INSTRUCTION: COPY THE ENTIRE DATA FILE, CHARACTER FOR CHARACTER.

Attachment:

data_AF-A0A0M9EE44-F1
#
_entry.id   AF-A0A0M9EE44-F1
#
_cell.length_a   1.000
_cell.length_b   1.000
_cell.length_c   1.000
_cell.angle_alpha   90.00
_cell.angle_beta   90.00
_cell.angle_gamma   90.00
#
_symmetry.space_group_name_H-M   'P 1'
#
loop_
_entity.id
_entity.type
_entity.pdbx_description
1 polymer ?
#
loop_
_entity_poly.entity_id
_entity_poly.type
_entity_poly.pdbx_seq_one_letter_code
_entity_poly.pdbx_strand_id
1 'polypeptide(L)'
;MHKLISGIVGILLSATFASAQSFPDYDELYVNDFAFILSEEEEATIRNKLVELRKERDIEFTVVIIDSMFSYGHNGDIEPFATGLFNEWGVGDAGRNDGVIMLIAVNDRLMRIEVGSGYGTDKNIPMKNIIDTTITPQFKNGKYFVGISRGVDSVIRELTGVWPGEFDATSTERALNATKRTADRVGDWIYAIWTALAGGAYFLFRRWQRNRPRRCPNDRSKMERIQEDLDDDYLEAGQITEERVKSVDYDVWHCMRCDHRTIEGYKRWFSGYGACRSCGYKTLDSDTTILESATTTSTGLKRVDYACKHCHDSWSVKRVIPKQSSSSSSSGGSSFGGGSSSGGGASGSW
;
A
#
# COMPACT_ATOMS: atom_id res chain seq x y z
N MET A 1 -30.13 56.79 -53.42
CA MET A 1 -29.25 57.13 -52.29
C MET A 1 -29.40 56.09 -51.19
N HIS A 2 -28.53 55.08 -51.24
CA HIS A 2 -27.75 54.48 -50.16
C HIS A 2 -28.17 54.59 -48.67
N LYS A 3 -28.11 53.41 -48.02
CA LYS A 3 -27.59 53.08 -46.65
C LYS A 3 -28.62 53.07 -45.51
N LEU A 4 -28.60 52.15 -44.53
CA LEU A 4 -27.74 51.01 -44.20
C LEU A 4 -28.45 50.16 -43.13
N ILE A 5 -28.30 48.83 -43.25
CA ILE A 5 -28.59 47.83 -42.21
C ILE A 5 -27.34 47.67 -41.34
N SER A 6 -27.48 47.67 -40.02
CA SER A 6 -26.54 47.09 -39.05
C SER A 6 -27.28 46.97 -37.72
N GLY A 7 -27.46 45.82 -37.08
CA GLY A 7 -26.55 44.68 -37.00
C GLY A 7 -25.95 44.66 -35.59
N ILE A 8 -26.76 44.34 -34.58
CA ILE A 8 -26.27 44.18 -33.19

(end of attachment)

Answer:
data_AF-A0A0M9EE44-F1
#
_entry.id   AF-A0A0M9EE44-F1
#
_cell.length_a   1.000
_cell.length_b   1.000
_cell.length_c   1.000
_cell.angle_alpha   90.00
_cell.angle_beta   90.00
_cell.angle_gamma   90.00
#
_symmetry.space_group_name_H-M   'P 1'
#
loop_
_entity.id
_entity.type
_entity.pdbx_description
1 polymer ?
#
loop_
_entity_poly.entity_id
_entity_poly.type
_entity_poly.pdbx_seq_one_letter_code
_entity_poly.pdbx_strand_id
1 'polypeptide(L)'
;MHKLISGIVGILLSATFASAQSFPDYDELYVNDFAFILSEEEEATIRNKLVELRKERDIEFTVVIIDSMFSYGHNGDIEPFATGLFNEWGVGDAGRNDGVIMLIAVNDRLMRIEVGSGYGTDKNIPMKNIIDTTITPQFKNGKYFVGISRGVDSVIRELTGVWPGEFDATSTERALNATKRTADRVGDWIYAIWTALAGGAYFLFRRWQRNRPRRCPNDRSKMERIQEDLDDDYLEAGQITEERVKSVDYDVWHCMRCDHRTIEGYKRWFSGYGACRSCGYKTLDSDTTILESATTTSTGLKRVDYACKHCHDSWSVKRVIPKQSSSSSSSGGSSFGGGSSSGGGASGSW
;
A
#
# COMPACT_ATOMS: atom_id res chain seq x y z
N MET A 1 -30.13 56.79 -53.42
CA MET A 1 -29.25 57.13 -52.29
C MET A 1 -29.40 56.09 -51.19
N HIS A 2 -28.53 55.08 -51.24
CA HIS A 2 -27.75 54.48 -50.16
C HIS A 2 -28.17 54.59 -48.67
N LYS A 3 -28.11 53.41 -48.02
CA LYS A 3 -27.59 53.08 -46.65
C LYS A 3 -28.62 53.07 -45.51
N LEU A 4 -28.60 52.15 -44.53
CA LEU A 4 -27.74 51.01 -44.20
C LEU A 4 -28.45 50.16 -43.13
N ILE A 5 -28.30 48.83 -43.25
CA ILE A 5 -28.59 47.83 -42.21
C ILE A 5 -27.34 47.67 -41.34
N SER A 6 -27.48 47.67 -40.02
CA SER A 6 -26.54 47.09 -39.05
C SER A 6 -27.28 46.97 -37.72
N GLY A 7 -27.46 45.82 -37.08
CA GLY A 7 -26.55 44.68 -37.00
C GLY A 7 -25.95 44.66 -35.59
N ILE A 8 -26.76 44.34 -34.58
CA ILE A 8 -26.27 44.18 -33.19